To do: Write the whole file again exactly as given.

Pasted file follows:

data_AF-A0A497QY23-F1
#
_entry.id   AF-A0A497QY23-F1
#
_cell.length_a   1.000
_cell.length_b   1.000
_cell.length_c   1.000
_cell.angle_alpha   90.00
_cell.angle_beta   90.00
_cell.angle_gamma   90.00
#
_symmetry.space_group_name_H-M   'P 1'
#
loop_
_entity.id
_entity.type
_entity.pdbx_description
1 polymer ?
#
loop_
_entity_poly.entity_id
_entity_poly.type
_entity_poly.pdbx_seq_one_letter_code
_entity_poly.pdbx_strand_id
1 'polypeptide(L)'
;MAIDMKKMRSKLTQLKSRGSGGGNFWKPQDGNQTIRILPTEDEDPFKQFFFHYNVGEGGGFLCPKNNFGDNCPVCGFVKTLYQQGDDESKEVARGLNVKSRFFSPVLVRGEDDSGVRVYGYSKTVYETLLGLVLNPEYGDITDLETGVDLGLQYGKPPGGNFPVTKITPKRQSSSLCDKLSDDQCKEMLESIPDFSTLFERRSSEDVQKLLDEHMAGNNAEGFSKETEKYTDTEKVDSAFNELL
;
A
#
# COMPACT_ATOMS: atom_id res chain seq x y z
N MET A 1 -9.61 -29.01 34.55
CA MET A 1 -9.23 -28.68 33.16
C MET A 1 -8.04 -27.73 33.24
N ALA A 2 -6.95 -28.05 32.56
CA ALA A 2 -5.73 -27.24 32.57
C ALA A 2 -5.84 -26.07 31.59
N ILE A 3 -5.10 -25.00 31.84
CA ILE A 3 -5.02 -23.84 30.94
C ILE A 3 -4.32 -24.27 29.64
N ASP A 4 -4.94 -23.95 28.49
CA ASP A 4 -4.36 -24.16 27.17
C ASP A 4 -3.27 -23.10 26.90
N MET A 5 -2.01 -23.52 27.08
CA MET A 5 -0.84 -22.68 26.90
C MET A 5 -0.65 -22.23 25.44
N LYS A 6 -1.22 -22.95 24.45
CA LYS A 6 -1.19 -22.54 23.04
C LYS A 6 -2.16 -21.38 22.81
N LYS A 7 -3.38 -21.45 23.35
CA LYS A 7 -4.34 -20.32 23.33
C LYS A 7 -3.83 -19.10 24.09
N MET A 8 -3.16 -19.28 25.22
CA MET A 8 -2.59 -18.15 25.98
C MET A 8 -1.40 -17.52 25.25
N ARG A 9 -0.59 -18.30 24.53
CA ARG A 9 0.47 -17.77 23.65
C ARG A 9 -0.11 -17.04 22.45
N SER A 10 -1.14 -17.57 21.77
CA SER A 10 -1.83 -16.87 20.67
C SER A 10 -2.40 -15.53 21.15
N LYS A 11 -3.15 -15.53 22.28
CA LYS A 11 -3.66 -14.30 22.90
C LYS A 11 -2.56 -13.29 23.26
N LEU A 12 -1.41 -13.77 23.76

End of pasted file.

data_AF-A0A497QY23-F1
#
_entry.id   AF-A0A497QY23-F1
#
_cell.length_a   1.000
_cell.length_b   1.000
_cell.length_c   1.000
_cell.angle_alpha   90.00
_cell.angle_beta   90.00
_cell.angle_gamma   90.00
#
_symmetry.space_group_name_H-M   'P 1'
#
loop_
_entity.id
_entity.type
_entity.pdbx_description
1 polymer ?
#
loop_
_entity_poly.entity_id
_entity_poly.type
_entity_poly.pdbx_seq_one_letter_code
_entity_poly.pdbx_strand_id
1 'polypeptide(L)'
;MAIDMKKMRSKLTQLKSRGSGGGNFWKPQDGNQTIRILPTEDEDPFKQFFFHYNVGEGGGFLCPKNNFGDNCPVCGFVKTLYQQGDDESKEVARGLNVKSRFFSPVLVRGEDDSGVRVYGYSKTVYETLLGLVLNPEYGDITDLETGVDLGLQYGKPPGGNFPVTKITPKRQSSSLCDKLSDDQCKEMLESIPDFSTLFERRSSEDVQKLLDEHMAGNNAEGFSKETEKYTDTEKVDSAFNELL
;
A
#
# COMPACT_ATOMS: atom_id res chain seq x y z
N MET A 1 -9.61 -29.01 34.55
CA MET A 1 -9.23 -28.68 33.16
C MET A 1 -8.04 -27.73 33.24
N ALA A 2 -6.95 -28.05 32.56
CA ALA A 2 -5.73 -27.24 32.57
C ALA A 2 -5.84 -26.07 31.59
N ILE A 3 -5.10 -25.00 31.84
CA ILE A 3 -5.02 -23.84 30.94
C ILE A 3 -4.32 -24.27 29.64
N ASP A 4 -4.94 -23.95 28.49
CA ASP A 4 -4.36 -24.16 27.17
C ASP A 4 -3.27 -23.10 26.90
N MET A 5 -2.01 -23.52 27.08
CA MET A 5 -0.84 -22.68 26.90
C MET A 5 -0.65 -22.23 25.44
N LYS A 6 -1.22 -22.95 24.45
CA LYS A 6 -1.19 -22.54 23.04
C LYS A 6 -2.16 -21.38 22.81
N LYS A 7 -3.38 -21.45 23.35
CA LYS A 7 -4.34 -20.32 23.33
C LYS A 7 -3.83 -19.10 24.09
N MET A 8 -3.16 -19.28 25.22
CA MET A 8 -2.59 -18.15 25.98
C MET A 8 -1.40 -17.52 25.25
N ARG A 9 -0.59 -18.30 24.53
CA ARG A 9 0.47 -17.77 23.65
C ARG A 9 -0.11 -17.04 22.45
N SER A 10 -1.14 -17.57 21.77
CA SER A 10 -1.83 -16.87 20.67
C SER A 10 -2.40 -15.53 21.15
N LYS A 11 -3.15 -15.53 22.28
CA LYS A 11 -3.66 -14.30 22.90
C LYS A 11 -2.56 -13.29 23.26
N LEU A 12 -1.41 -13.77 23.76